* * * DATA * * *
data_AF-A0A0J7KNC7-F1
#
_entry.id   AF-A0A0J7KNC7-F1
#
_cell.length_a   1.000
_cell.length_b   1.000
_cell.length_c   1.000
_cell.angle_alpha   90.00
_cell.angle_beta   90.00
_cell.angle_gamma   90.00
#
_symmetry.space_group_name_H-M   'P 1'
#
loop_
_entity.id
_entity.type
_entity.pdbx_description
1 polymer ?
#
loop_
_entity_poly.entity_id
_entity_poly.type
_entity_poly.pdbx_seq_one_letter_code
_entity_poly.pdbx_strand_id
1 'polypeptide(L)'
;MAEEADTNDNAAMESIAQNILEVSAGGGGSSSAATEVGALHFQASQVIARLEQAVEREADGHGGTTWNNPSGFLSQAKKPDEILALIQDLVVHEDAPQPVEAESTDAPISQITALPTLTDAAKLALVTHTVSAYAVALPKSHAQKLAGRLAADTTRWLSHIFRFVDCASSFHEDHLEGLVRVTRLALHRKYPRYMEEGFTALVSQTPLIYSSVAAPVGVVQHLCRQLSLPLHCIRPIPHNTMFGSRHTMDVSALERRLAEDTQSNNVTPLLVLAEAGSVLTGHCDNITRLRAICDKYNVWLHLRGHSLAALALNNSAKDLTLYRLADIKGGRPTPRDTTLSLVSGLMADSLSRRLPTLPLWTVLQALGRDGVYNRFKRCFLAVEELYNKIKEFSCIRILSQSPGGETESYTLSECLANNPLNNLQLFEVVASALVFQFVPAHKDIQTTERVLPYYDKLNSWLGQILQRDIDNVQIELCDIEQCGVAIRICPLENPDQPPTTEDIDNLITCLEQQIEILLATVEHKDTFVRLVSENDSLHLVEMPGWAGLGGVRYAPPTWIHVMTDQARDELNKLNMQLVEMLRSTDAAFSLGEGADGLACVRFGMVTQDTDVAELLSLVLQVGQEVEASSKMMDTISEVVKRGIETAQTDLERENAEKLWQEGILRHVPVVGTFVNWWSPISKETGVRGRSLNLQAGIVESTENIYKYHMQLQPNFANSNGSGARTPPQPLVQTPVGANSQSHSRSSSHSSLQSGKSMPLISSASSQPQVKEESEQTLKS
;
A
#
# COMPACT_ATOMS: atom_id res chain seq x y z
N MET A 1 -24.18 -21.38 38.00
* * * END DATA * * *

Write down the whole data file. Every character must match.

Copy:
data_AF-A0A0J7KNC7-F1
#
_entry.id   AF-A0A0J7KNC7-F1
#
_cell.length_a   1.000
_cell.length_b   1.000
_cell.length_c   1.000
_cell.angle_alpha   90.00
_cell.angle_beta   90.00
_cell.angle_gamma   90.00
#
_symmetry.space_group_name_H-M   'P 1'
#
loop_
_entity.id
_entity.type
_entity.pdbx_description
1 polymer ?
#
loop_
_entity_poly.entity_id
_entity_poly.type
_entity_poly.pdbx_seq_one_letter_code
_entity_poly.pdbx_strand_id
1 'polypeptide(L)'
;MAEEADTNDNAAMESIAQNILEVSAGGGGSSSAATEVGALHFQASQVIARLEQAVEREADGHGGTTWNNPSGFLSQAKKPDEILALIQDLVVHEDAPQPVEAESTDAPISQITALPTLTDAAKLALVTHTVSAYAVALPKSHAQKLAGRLAADTTRWLSHIFRFVDCASSFHEDHLEGLVRVTRLALHRKYPRYMEEGFTALVSQTPLIYSSVAAPVGVVQHLCRQLSLPLHCIRPIPHNTMFGSRHTMDVSALERRLAEDTQSNNVTPLLVLAEAGSVLTGHCDNITRLRAICDKYNVWLHLRGHSLAALALNNSAKDLTLYRLADIKGGRPTPRDTTLSLVSGLMADSLSRRLPTLPLWTVLQALGRDGVYNRFKRCFLAVEELYNKIKEFSCIRILSQSPGGETESYTLSECLANNPLNNLQLFEVVASALVFQFVPAHKDIQTTERVLPYYDKLNSWLGQILQRDIDNVQIELCDIEQCGVAIRICPLENPDQPPTTEDIDNLITCLEQQIEILLATVEHKDTFVRLVSENDSLHLVEMPGWAGLGGVRYAPPTWIHVMTDQARDELNKLNMQLVEMLRSTDAAFSLGEGADGLACVRFGMVTQDTDVAELLSLVLQVGQEVEASSKMMDTISEVVKRGIETAQTDLERENAEKLWQEGILRHVPVVGTFVNWWSPISKETGVRGRSLNLQAGIVESTENIYKYHMQLQPNFANSNGSGARTPPQPLVQTPVGANSQSHSRSSSHSSLQSGKSMPLISSASSQPQVKEESEQTLKS
;
A
#
# COMPACT_ATOMS: atom_id res chain seq x y z
N MET A 1 -24.18 -21.38 38.00